Experts discussed ways that people can boost their overall well-being after the trauma, isolation, and grief of the COVID-19 pandemic.
As the world approaches a new year of social distancing and isolation due to COVID-19, public health experts are exploring the long-term mental and physical health consequences of loneliness, and offering strategies to help people stay more connected.
With COVID-19 becoming a leading cause of death in the U.S., experts say an "unprecedented" national response is needed to contain the pandemic.
The physical, psychological, and financial burdens of the COVID-19 pandemic have made it harder for many Americans to focus on their well-being and ability to flourish, according to Tyler VanderWeele, John L. Loeb and Frances Lehman Loeb Professor…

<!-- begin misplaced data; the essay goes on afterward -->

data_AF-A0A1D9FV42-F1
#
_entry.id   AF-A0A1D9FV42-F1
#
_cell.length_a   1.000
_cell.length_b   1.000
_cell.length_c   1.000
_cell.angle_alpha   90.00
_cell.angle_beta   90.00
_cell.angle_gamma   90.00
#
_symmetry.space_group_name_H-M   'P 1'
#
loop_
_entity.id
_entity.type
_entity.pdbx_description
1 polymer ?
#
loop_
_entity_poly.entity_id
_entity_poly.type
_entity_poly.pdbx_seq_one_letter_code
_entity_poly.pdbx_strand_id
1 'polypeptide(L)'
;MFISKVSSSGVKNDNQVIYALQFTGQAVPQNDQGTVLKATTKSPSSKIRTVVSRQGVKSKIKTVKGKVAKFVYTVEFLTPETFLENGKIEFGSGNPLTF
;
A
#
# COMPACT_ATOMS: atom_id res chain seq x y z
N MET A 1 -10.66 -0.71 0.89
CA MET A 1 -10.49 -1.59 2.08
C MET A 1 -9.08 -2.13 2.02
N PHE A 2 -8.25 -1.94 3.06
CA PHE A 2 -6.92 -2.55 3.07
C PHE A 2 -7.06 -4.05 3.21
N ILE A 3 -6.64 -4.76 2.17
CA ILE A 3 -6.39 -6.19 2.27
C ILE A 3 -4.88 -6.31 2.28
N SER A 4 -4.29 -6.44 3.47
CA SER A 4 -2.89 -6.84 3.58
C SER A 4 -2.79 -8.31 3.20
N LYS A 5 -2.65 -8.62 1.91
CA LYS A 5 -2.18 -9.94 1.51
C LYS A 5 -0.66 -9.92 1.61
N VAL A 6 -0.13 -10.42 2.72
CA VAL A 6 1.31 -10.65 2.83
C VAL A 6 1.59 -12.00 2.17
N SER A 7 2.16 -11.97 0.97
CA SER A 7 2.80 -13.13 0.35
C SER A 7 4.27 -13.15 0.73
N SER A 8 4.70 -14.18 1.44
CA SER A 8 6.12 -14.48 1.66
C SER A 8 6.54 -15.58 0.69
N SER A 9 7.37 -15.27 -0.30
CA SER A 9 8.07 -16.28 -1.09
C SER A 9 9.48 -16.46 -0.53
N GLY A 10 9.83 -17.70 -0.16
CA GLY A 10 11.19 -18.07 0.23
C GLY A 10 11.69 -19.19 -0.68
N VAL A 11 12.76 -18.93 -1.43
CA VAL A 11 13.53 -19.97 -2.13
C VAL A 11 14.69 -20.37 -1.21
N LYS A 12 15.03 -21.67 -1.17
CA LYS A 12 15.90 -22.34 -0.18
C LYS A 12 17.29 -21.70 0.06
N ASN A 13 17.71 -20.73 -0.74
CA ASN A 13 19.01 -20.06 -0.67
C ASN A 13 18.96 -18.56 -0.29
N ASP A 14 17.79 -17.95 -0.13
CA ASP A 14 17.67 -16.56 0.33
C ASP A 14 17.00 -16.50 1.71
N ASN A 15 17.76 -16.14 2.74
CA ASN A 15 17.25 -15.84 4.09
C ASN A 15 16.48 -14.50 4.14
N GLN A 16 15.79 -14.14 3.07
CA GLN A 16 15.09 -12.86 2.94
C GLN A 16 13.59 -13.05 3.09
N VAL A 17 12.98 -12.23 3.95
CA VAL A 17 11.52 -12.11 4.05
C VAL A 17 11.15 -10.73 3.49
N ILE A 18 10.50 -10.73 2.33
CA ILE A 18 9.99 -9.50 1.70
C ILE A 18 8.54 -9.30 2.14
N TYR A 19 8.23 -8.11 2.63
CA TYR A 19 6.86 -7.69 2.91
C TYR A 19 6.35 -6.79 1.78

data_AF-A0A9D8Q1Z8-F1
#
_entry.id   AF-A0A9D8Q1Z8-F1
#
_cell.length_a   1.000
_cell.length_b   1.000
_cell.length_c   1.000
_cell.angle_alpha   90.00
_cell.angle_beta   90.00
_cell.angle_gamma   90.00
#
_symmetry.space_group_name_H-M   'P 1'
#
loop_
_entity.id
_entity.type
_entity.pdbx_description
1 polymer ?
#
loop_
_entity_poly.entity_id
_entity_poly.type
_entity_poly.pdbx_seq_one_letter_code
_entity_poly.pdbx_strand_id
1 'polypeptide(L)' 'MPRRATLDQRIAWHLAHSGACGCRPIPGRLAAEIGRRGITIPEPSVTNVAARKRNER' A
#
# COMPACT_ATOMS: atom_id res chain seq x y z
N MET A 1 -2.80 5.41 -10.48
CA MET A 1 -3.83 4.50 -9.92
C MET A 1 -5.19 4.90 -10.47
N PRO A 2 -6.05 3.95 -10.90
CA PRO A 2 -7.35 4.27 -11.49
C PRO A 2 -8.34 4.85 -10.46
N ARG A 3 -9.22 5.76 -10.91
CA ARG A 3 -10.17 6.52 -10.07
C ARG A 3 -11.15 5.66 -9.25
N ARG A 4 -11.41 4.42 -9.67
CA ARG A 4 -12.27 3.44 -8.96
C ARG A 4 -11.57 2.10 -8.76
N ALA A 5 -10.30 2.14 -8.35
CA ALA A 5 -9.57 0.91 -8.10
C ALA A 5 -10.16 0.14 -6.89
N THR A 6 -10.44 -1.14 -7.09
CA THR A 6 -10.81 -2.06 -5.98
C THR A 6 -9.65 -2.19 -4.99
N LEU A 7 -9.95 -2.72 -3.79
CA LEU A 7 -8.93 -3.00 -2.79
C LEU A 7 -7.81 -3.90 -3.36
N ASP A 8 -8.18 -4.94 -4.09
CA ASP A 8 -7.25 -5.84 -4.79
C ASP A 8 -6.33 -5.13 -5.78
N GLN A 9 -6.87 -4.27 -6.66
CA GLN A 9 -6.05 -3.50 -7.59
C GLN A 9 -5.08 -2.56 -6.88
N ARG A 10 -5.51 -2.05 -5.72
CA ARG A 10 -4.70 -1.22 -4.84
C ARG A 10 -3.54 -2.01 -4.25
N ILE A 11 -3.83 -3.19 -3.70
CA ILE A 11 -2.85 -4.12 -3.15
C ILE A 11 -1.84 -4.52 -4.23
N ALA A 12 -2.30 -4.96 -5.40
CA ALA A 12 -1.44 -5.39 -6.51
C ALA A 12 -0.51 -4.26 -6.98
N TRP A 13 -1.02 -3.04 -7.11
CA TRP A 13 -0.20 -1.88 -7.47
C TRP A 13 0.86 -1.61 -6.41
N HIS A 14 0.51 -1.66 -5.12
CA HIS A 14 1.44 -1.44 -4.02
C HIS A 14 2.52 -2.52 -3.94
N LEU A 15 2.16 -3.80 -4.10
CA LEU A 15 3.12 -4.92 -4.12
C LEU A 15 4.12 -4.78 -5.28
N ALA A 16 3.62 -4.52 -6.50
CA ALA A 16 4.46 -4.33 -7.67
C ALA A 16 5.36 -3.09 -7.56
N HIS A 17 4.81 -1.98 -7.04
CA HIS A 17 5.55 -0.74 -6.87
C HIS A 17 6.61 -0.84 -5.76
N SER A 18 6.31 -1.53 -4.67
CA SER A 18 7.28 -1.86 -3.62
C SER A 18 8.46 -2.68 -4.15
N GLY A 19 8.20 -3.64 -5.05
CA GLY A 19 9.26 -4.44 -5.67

New research from the Human Flourishing Program at Harvard provides a snapshot of the COVID-19 pandemic’s toll on wellbeing in the U.S.
Older adults who volunteer for as little as two hours per week can substantially lower their risk of early death, become more physically active, and improve their sense of well-being compared with those who don’t volunteer, according to…
For immediate release: May 6, 2020 Boston, MA – People who attended religious services at least once a week were significantly less likely to die from “deaths of despair,” including deaths related to suicide, drug overdose, and alcohol poisoning,…
Much as “positive psychology” looks at the science of human strengths, a “positive epidemiology” is needed to increase understanding around what causes people to not just avoid disease, but to flourish.
Flourishing—a state in which all aspects of a person’s life are good—could be a transformative concept for medicine.
In this week’s episode we explore what it means for people to flourish, how we can measure it, and ways to help reach a state where all aspects of their life are good.